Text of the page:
To: ultima ratio
Of course the authority of the pope is subject to Tradition. The question is, however, what is traditional and what is customary?
posted on 11/24/2002 8:59:58 PM PST
It is a distinction without a difference. Customary means habitual practice, Tradition means that which is handed-down. None of this precludes gradual change, as the popes and councils themselves have taught and as Ratzinger is at pains to point out. What Tradition cannot be is revolutionary or radical.
No one can deny that what has been going on since Vatican II has been a radical assault on Tradition. The Novus Ordo was a fabrication to start with and a radical break with the past. But there have been many other departures from Tradition as well, both in what is taught and what has been doctrinally suppressed. This has been tantamount to a break with the faith itself.
Insofar as the Pope approves of such a course, he transcends his authority. In fact he has taken a solemn oath to do just the opposite and to defend Traditional teachings and practices. Thus the faithful are placed on the horns of a dilemma. They can either follow the novelties modernists are instituting with the approval of the Pope, or they can stick with Tradition and with the faith itself.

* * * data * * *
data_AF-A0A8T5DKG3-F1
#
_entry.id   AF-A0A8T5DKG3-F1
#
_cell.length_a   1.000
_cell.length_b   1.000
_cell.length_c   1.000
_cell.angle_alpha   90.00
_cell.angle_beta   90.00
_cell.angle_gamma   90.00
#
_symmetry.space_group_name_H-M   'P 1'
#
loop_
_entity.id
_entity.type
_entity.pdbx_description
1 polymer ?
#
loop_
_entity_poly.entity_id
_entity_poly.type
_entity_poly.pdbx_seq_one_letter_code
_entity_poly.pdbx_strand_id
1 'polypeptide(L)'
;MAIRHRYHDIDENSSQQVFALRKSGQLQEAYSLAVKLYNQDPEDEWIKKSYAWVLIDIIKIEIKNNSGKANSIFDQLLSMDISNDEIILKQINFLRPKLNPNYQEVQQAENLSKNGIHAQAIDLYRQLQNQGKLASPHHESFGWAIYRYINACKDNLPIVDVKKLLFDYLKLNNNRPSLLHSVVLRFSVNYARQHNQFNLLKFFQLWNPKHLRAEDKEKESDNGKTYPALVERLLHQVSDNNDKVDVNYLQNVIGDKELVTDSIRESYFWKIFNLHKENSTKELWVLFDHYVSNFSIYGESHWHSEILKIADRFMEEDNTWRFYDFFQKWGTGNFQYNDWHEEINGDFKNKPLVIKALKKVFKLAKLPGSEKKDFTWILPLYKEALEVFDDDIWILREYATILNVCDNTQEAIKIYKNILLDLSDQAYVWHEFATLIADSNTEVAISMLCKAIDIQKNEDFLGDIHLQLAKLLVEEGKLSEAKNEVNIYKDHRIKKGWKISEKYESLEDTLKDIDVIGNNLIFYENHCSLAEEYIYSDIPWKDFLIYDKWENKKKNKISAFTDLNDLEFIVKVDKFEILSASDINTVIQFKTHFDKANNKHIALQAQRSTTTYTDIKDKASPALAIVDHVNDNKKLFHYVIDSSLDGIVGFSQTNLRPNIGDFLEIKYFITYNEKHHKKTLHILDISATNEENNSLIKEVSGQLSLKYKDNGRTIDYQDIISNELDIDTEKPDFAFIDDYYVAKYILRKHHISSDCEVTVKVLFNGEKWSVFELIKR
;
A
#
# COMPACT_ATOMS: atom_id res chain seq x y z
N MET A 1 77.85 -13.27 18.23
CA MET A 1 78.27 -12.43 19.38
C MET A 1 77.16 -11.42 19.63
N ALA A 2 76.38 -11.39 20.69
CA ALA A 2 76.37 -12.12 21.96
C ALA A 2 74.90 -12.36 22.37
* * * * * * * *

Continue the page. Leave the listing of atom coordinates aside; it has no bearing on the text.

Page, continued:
<> A good question. The answer is that Rome, the Pope, the Magisterium decides what is and isn't Tradition. Ultima and his ilk think they define what is and isn't Traditon.
The Pope occupies the seat of Divinely-constituted authority and Ultima and his ilk are slaves of Satan in their opposition to Divinely-constituted authority. It really is that clear-cut and straightforward. It is mere Christianity. :)<>
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